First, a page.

Sudbury: Revenue from parking fines almost doubles since Station Road ticketing system introduced
- Credit: citizenside.com
Revenue from parking fines in a west Suffolk market town has doubled since a ticketing system was introduced, the EADT can reveal.
Figures from Babergh District Council show that £86,903 was collected in fixed penalties from car parks in Sudbury during the last financial year, compared to £43,414 in 2010/11.
Since the local authority introduced long stay parking charges in its Station Road car parks, even though it is free to park for up to three hours, motorists still have to display a short term ticket.
According to data obtained under a Freedom of Information request, in the past three years since the system was introduced, Babergh has taken more than £200,000 in fines of £55 - or £25 if paid within seven days - issued for offences such as exceeding the time limit or not displaying a ticket for free parking. This equates to an average of around 10 fines a day.
Critics of the scheme say it is “confusing” to visitors, some of whom have written to the town’s chamber of commerce to say being fined has “put them off” returning to Sudbury. Others have accused the local authority of using the fines as a “revenue raiser”.
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Babergh’s environmental chief said he was “surprised” by the level of fines issued for what is essentially a “free” car park, but he defended the current ticketing system as the fairest and most cost effective way of enforcing car park rules.
Last year, Sudbury’s town council and chamber of commerce created a business plan with a view to assuming management of the car parks, but Babergh decided to retain control and is currently working with the Sudbury campaigners informally.
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Chamber of commerce president John McMillan told the EADT: “The problem seems to be that it’s a confusing ticket regime and people - especially visitors - don’t understand the way it works.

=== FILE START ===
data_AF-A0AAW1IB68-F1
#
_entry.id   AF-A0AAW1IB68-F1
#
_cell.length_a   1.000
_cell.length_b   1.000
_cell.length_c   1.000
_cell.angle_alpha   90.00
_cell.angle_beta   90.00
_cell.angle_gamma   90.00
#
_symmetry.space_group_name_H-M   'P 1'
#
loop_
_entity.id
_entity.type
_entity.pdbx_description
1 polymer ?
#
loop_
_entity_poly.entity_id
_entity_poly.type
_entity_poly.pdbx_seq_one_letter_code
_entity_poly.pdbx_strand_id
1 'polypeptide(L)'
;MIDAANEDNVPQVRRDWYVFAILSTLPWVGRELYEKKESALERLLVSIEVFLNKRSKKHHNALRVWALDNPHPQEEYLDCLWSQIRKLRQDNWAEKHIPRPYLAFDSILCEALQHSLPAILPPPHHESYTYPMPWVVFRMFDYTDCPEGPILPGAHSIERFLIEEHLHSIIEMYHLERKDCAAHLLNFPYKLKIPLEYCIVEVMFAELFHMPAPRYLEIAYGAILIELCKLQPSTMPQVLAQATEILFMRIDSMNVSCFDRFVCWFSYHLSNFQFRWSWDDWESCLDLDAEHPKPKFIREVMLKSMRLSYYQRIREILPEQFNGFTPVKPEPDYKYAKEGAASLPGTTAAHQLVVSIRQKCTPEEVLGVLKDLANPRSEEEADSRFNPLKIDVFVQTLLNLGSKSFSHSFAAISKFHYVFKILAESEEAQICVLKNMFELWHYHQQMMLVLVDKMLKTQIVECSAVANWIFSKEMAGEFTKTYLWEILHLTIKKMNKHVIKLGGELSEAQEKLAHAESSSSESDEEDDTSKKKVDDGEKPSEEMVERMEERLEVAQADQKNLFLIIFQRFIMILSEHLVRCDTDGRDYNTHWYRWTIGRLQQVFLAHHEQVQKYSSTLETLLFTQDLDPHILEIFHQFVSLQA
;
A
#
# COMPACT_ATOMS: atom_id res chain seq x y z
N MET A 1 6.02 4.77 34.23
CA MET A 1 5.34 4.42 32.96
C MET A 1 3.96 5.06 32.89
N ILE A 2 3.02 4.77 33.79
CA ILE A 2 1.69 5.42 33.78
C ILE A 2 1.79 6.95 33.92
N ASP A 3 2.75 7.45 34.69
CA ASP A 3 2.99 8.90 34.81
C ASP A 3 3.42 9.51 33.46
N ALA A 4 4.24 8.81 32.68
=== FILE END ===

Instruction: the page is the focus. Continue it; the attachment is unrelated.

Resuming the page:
“We have been very concerned about the level of fines being handed out because many people have been penalised for making a mistake – the only thing they did wrong was not display a free ticket when they should have.
“We had a letter from someone saying they won’t be coming back to Sudbury because of it. I think Babergh’s head of services has realised that they can’t carry on with the level of penalties so they have been looking at improving the situation.”
Shop owner David Holland contacted the council about the fines after several of his customers complained. He said: “The amount raised by fining across these three years has risen from £43414 to £86903 but I can’t believe the people of Sudbury have increasingly become a bunch of rule breakers.
“What appears to have happened is more rules have been put in place to deliver more finable offences, many of which are all too easy to commit.
“I believe there are strong grounds to suggest that the rules are about revenue rather than about dealing with safety issues in the car parks.”
But Babergh’s head of environment, Chris Fry strongly refuted the suggestion. He defended the current system and said the council had explored technology that would negate the need for a ticket, but that it would cost a “six figure” sum.
He said: “It is definitely surprising when we are offering free short term car parking that we give out the number of fines that we do, and that people don’t appear to read and understand the rules of the car park.
“Enforcement action is generally the last thing we want to do, but you have to have rules and these must be enforced. We are committed to making it as clear and fair as possible for anyone using the car park, and we have made the signs as prominent and straightforward as possible. The money we get through from fines just about covers our wardening costs so I would totally refute that we are doing it as a revenue raiser.
“We have recently taken a new tack on things such as parking outside the lines or using the wrong exit and we are issuing warning notices first rather than an automatic fine.
“In the next few weeks we will be introducing the capacity for motorists to pay via mobile phone or tablet and this should make it easier for some.”
Councillor Simon Barrett, Babergh’s lead member for economic development, added: “We are one of the only market towns of any size to still have free short-term parking and we should be grateful for that. I don’t think it takes much effort to read the signs and put a ticket on your car. Motorists have to take the responsibility here.”